Frozen Yogurt Vs. Ice Cream: A Comparison No One Gave You Before

The debate about frozen yogurt vs. ice cream is catching on like wildfire! While ice cream manufacturers proudly claim ice cream will always be the number one dessert option, frozen yogurt manufacturers are touting frozen yogurt is a healthier way to satiate your sweet tooth! So what's the truth?
How many ice cream lovers have shifted their loyalties to frozen yogurt, simply because they became conscious of the amount of weight they were putting on and decided to eat healthy? Most people believe that frozen yogurt is a healthier choice as compared to ice cream.

Today, frozen yogurt is considered to be as tasty a dessert as ice cream, thanks to the fact that it is served in several flavors and garnished with a variety of topping. Not only does this make frozen yogurt a great boon for those with a sweet tooth, it also makes for a brilliant option for those who are calorie conscious.

According to the research conducted by the leading North American market research company, NPD Group, ice cream forms 3.4% of all restaurant orders, while frozen yogurt corresponds to 0.4% of all restaurant orders of 2011. The health factor of frozen yogurt is raising its popularity across the globe.

However, what's the truth? Is frozen yogurt truly a healthy dessert option? Or is it just a tad healthier than ice cream? In this Buzzle article, we answer all your questions about this frozen delight, and also tell you who wins the battle between yogurt and ice cream.

Which is Better?Ice Cream Ball
Ice Cream
Flavored Frozen Yogurt
Frozen Yogurt
Fresh Yogurt
Yogurt
Main IngredientCreamYogurtMilk
Probiotic ContentNonePresentPresent
Fat10-18%0-4%0.5%-3.25%
Protein (1 cup)3-5 g5-9 g12-14 g
Sugar (1 cup)30-50 g20-45 g7-12 g
Calories (1 cup)120 onwards120 onwards100-120
Calcium (I cup)100-150 mg200-300 mg450-500 mg
VitaminVitamin B groupVitamin B groupVitamin B group
MineralIodine, PotassiumIodine, PotassiumIodine, Potassium
Lactose ToleranceNot DigestibleDigestibleDigestible

Final Verdict

Considering the three main factors: calories, fat and, sugar content, we can deduce:

Calories : Ice Cream = Frozen Yogurt > Yogurt
Fat : Ice Cream > Frozen Yogurt > Yogurt
Sugar : Ice Cream > Frozen Yogurt > Yogurt

Thus, the result of comparative analysis is:

Health Quotient : Yogurt > Frozen Yogurt > Ice Cream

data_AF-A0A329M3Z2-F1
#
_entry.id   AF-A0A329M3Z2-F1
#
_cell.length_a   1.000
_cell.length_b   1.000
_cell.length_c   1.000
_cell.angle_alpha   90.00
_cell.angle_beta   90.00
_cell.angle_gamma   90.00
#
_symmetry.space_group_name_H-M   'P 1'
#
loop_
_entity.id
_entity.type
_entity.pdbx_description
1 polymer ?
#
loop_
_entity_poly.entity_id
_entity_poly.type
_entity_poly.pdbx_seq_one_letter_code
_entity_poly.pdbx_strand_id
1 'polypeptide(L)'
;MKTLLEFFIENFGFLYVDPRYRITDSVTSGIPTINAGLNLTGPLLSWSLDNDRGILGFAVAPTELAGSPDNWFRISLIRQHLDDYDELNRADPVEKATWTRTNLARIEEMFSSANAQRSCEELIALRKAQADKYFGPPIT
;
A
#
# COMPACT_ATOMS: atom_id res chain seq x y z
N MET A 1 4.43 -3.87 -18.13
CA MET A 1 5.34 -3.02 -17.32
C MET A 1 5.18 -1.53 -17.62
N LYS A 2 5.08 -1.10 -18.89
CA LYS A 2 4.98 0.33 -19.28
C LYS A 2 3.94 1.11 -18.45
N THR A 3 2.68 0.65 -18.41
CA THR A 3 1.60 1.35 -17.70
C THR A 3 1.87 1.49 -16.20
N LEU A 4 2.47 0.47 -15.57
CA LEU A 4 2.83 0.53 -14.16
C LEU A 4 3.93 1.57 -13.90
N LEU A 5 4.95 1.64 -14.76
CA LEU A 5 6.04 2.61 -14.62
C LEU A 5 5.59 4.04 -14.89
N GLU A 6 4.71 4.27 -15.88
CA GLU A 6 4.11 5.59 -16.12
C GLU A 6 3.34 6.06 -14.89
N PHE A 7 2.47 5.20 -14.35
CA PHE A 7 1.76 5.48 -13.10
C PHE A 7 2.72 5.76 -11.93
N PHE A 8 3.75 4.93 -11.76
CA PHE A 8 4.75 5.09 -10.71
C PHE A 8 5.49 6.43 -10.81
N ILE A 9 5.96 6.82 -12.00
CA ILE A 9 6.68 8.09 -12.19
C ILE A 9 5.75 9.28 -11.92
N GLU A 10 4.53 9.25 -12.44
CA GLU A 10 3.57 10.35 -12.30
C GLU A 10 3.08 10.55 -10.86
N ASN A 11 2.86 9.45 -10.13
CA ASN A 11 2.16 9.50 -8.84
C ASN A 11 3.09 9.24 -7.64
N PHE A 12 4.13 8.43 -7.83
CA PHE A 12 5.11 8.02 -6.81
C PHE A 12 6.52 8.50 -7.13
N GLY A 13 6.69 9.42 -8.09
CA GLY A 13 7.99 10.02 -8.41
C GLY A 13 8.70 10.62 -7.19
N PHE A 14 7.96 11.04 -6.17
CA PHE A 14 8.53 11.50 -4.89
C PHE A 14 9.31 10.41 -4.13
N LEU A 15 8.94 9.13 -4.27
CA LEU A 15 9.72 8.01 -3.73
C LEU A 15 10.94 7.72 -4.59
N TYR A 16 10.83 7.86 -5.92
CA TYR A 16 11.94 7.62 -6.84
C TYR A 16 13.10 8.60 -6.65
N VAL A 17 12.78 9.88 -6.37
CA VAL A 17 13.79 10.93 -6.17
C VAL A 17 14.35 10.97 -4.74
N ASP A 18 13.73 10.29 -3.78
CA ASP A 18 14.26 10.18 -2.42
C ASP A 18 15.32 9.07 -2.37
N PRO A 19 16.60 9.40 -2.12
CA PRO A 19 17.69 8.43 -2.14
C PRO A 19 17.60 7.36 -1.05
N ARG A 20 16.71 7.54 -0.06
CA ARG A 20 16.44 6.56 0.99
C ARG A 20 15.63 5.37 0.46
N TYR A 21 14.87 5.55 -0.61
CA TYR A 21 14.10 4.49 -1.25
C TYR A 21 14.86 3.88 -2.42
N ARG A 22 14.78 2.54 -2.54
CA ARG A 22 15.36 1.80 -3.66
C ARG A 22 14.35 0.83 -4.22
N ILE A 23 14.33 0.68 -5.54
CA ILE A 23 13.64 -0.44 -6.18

Thus, we see that frozen yogurt is comparatively healthier than ice cream (provided you limit the toppings to low calorie ones), but less healthier than regular yogurt.

FroYo is not Health Food!

Ice cream and frozen yogurt are more or less the same in terms of nutritional value and calories gained. Neither of them is nutritious, but at the same time, both are yummy treats. So if you considered frozen yogurt as health food and thought frozen yogurt was just yogurt that is frozen, it's high time you renew your mind. Frozen yogurt is not a healthy alternative to ice cream. The high-calorie toppings, like brownies, cookies, candies, chocolate chips, chocolate sauce, sugary syrups, etc., added to froYo doubles the total calorie intake. Having said that, consuming moderate amounts of FroYo is alright, however, overindulgence is unacceptable (especially by quoting its health benefits!) Many use the probiotic content of yogurt as a reason to indulge in it. However, if you are that keen on tapping the probiotic benefits, simply eat regular yogurt. Moreover, this gives you the chance to occasionally indulge in your favorite ice cream.

Ice cream Vs. Frozen Yogurt

Ingredients
The main ingredient in ice cream, without a doubt, is cream. Ice creams contain more than 10% milk fat and more than 20% milk solids. These days you also get low-fat ice creams, with half the fat content. Besides milk fat, ice cream also contains sweeteners, emulsifiers, stabilizers, gelatin, high fructose corn syrup, flavorings, water, and air. Air is what gives ice cream its volume.

The main ingredient in frozen yogurt is yogurt made from milk. It contains milk solids (8-15%), milk fats (6%), sweeteners, yogurt culture, emulsifiers, stabilizers, gelatin, high fructose corn syrup, flavorings, water, and air.

Sugar
The amount of sugar present in the ice cream varies from one brand to another. Nevertheless, one cup of ice cream will contain anywhere around 30-50 grams of sugar. Sugar-free ice creams are also available, which only contain the naturally-occurring sugar from milk; lactose (13 g). Some contain artificial sweeteners as well. But sugar-free ice creams will contain lots of artificial ingredients and additives to veil the lack of flavor, due to absence of sugar content.